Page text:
Ironically, the so-called "influencer'' has built a strong social media following on the back of her travels but she has very little influence when it comes to finding a flight back home from South Africa.
Ms Saward, from Tasmania, said she has been left in a state of purgatory as she fast approaches her visa expiry date.

She moved to South Africa in November last year to spend time in her partner's home country while he applied for a partner visa in Australia.

Blogger Brooke Saward.
Blogger Brooke Saward.

Her visa required her to leave and re-enter that country every three months.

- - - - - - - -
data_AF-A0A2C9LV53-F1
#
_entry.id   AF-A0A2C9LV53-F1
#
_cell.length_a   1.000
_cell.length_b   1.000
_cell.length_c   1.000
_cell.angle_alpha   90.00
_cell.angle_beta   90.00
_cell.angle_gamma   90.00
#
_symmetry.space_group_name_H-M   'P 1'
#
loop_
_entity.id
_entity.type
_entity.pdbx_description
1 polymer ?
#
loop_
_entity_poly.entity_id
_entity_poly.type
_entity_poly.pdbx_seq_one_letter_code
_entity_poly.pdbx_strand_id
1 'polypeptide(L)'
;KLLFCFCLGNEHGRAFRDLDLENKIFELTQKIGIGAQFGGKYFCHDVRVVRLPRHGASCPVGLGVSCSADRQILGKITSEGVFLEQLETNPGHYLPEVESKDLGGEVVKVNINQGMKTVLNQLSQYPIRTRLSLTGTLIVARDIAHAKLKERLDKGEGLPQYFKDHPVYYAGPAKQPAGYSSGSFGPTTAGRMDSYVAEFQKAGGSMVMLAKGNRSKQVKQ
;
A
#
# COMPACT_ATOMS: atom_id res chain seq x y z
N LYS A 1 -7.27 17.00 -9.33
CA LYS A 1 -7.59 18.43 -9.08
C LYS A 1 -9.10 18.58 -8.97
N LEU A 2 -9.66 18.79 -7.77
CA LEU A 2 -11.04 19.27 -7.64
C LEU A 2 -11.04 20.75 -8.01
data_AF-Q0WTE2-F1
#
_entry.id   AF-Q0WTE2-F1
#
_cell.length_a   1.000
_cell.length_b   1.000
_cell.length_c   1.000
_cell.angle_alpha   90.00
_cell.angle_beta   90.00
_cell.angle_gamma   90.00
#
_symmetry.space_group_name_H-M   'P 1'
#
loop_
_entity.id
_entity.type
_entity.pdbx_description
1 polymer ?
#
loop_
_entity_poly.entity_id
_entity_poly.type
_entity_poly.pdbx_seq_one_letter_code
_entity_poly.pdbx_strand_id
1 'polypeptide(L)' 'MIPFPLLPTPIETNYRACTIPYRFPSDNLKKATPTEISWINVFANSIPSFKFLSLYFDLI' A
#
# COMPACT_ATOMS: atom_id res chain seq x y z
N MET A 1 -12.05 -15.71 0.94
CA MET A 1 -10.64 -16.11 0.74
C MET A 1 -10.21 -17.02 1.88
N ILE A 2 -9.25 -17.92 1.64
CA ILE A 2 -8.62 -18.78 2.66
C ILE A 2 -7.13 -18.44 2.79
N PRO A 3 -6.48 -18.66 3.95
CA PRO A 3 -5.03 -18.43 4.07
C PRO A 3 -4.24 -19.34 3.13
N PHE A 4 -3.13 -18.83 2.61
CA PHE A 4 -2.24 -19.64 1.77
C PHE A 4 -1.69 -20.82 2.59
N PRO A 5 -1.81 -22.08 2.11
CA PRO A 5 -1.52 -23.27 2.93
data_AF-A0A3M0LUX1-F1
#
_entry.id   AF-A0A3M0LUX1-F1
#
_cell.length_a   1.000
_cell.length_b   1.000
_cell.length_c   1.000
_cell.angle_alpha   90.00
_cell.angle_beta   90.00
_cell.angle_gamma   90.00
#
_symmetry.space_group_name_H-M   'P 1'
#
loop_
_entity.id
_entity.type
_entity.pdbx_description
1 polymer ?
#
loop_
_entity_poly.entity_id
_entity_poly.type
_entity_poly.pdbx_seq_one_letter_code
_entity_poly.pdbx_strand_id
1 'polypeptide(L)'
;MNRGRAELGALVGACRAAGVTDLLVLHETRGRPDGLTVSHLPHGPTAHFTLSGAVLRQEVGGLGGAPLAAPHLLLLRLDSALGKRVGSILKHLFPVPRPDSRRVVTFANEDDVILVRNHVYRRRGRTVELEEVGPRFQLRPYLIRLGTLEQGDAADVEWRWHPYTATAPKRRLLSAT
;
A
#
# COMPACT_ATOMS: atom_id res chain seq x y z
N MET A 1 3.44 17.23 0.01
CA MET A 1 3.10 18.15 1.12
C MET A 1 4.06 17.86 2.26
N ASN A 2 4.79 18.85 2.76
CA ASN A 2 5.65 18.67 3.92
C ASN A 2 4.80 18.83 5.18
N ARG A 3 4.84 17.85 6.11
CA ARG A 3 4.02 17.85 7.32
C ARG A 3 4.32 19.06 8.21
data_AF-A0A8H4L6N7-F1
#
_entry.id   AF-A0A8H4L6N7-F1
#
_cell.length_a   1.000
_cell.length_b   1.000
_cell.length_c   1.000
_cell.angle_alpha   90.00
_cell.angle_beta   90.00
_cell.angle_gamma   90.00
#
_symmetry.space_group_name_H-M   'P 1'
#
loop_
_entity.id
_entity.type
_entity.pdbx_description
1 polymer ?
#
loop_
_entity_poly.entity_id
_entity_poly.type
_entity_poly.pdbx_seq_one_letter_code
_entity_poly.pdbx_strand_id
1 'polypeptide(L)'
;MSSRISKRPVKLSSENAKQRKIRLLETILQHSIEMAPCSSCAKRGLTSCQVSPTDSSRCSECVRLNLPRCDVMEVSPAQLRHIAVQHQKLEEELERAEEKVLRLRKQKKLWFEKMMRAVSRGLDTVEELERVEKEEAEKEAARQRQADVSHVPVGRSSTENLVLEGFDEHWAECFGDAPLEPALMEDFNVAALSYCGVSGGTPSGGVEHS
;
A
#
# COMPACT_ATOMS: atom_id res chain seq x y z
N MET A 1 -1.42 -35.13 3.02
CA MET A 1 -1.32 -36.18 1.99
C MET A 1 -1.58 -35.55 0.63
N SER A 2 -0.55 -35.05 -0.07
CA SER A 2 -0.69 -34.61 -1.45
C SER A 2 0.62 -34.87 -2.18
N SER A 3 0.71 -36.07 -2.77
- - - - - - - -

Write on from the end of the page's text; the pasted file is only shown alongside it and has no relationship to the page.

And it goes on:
She blames her time in the wilderness chasing rhinos on the fact she was unable to keep up to date with travel warnings about the COVID-19 situation.

"I came back to South Africa on March 6 and there was not much coverage to suggest coronavirus was a big problem outside of Wuhan," she said.

"I went on a rhino conservation trip two days later and was out of reception for about 10 days. Only twice did I connect to Wi-Fi to read what was happening in the outside world.''

She claims she has kept a keen eye on repatriation flights and insists there have only been two bound for Australia.

She admitted she may have had a chance to return earlier but circumstances prevented her from doing so.

"I think it's a very comfortable position from within the borders of Australia to say, 'well, you had your chance to get home'.

"It wasn't as easy as just getting on a flight. I had a lease, I had so many obligations. I had a whole life here I needed to pack up.''

Originally published as Plan to lift arrival caps for Aussies stranded overseas